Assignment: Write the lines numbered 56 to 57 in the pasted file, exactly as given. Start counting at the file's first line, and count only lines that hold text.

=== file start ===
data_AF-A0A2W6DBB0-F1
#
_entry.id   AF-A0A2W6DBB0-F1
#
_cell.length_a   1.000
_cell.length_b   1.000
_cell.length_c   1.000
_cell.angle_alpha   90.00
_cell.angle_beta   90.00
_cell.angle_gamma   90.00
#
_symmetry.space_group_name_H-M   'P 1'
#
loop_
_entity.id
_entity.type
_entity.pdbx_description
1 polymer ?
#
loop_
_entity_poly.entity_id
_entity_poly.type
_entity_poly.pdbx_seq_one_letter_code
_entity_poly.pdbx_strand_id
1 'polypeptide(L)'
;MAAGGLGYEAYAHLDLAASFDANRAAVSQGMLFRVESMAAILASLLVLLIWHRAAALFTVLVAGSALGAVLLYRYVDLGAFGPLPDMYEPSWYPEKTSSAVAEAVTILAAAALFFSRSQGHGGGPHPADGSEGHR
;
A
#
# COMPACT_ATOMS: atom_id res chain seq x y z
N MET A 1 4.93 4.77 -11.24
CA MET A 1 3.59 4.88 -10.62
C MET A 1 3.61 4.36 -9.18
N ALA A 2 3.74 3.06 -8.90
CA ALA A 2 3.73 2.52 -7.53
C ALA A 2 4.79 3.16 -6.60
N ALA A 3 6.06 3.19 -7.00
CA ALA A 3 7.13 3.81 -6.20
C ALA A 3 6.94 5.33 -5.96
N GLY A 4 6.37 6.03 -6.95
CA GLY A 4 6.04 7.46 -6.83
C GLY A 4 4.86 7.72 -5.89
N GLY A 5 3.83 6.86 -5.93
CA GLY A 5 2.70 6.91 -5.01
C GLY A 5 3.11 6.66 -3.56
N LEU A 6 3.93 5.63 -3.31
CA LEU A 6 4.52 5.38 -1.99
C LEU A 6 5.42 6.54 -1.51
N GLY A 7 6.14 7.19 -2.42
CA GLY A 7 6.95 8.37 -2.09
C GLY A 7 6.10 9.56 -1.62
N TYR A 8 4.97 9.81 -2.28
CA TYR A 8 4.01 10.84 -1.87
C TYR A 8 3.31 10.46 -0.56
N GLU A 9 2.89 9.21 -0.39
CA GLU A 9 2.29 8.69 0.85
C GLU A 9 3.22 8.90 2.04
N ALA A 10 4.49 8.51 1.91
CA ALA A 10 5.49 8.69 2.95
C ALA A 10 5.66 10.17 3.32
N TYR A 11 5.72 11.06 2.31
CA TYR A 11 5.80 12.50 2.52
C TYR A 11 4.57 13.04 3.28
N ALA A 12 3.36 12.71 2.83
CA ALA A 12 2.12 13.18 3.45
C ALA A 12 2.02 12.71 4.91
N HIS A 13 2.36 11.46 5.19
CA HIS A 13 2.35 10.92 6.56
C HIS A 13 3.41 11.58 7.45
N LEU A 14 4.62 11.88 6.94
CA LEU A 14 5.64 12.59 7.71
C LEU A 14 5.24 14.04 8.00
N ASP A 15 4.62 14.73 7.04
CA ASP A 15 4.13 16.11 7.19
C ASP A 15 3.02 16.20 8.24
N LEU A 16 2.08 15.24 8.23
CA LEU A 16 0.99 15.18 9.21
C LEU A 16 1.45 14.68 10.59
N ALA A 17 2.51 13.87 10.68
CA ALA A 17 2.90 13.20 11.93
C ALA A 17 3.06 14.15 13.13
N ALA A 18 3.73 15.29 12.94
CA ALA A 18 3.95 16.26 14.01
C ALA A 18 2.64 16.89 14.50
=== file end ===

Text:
CA GLU A 9 2.29 8.69 0.85
C GLU A 9 3.22 8.90 2.04